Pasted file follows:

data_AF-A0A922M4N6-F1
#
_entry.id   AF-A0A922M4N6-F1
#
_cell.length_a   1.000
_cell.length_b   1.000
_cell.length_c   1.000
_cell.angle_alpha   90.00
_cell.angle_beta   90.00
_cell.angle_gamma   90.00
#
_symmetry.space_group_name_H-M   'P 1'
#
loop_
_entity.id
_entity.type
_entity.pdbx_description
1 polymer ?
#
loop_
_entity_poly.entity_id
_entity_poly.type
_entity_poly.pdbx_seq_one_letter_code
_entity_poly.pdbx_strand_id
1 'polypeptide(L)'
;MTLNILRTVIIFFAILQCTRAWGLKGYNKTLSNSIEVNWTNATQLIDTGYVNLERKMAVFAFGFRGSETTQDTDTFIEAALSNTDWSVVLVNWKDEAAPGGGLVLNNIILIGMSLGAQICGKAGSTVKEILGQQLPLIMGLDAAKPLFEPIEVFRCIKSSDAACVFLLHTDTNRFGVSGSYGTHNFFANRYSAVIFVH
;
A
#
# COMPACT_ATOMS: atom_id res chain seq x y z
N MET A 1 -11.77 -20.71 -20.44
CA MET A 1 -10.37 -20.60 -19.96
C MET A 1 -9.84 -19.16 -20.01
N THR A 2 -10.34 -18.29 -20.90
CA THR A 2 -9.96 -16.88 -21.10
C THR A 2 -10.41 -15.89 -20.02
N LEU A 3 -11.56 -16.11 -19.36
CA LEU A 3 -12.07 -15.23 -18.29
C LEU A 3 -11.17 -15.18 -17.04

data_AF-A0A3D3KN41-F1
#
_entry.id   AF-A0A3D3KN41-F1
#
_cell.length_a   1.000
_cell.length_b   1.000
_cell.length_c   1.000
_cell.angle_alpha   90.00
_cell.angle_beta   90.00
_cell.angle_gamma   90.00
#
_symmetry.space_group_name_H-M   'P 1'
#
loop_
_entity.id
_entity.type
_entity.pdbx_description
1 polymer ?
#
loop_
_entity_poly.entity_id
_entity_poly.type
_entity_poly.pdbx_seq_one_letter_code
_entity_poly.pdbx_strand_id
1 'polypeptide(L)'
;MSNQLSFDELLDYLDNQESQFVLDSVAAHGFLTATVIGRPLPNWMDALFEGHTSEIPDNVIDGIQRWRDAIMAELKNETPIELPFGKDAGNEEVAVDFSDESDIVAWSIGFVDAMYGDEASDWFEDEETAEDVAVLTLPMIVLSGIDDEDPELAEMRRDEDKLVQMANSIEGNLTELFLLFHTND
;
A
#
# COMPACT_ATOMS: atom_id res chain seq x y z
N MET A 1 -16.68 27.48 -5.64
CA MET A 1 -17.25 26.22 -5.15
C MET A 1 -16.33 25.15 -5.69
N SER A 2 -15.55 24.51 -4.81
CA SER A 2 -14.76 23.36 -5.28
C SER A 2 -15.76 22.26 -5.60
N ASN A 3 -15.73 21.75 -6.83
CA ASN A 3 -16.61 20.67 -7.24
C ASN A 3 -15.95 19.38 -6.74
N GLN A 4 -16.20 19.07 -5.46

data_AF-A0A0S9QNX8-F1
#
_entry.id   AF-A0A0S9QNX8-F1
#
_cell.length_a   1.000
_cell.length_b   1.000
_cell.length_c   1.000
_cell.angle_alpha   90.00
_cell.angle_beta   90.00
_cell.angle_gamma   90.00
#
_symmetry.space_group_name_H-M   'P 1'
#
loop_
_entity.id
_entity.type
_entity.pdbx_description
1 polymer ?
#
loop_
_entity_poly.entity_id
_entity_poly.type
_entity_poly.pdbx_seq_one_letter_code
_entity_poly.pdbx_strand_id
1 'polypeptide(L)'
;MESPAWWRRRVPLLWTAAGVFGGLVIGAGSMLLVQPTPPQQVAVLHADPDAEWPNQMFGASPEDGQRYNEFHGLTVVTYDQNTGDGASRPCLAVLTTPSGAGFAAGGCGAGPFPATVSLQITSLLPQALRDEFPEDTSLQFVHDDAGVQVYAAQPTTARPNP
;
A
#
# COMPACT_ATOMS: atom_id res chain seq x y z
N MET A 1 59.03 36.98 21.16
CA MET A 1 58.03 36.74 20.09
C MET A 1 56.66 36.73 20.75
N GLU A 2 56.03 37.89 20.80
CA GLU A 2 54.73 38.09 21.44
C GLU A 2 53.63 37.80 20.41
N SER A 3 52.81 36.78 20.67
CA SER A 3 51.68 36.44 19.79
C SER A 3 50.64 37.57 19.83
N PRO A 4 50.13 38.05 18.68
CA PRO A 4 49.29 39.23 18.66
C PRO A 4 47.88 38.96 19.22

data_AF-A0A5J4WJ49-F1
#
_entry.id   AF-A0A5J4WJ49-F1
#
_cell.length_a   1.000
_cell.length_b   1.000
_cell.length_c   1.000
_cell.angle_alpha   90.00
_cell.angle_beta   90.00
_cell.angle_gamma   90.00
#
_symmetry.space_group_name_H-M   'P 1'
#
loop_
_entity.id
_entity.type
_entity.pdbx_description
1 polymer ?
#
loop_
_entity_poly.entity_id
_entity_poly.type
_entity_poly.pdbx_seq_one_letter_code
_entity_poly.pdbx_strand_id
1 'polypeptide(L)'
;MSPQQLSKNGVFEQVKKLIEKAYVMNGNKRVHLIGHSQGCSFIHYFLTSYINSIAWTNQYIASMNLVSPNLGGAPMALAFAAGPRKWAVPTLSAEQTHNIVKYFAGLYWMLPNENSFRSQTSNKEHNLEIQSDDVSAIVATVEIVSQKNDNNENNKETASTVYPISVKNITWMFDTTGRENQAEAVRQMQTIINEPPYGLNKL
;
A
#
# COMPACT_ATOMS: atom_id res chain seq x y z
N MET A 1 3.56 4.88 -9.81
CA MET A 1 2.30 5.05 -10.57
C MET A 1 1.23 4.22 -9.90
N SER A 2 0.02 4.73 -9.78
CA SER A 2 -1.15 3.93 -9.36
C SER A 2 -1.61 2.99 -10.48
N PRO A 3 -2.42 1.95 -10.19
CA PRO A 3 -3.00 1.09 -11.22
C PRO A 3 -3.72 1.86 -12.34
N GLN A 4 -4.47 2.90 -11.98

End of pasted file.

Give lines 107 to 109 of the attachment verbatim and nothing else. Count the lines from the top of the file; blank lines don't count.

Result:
A
#
# COMPACT_ATOMS: atom_id res chain seq x y z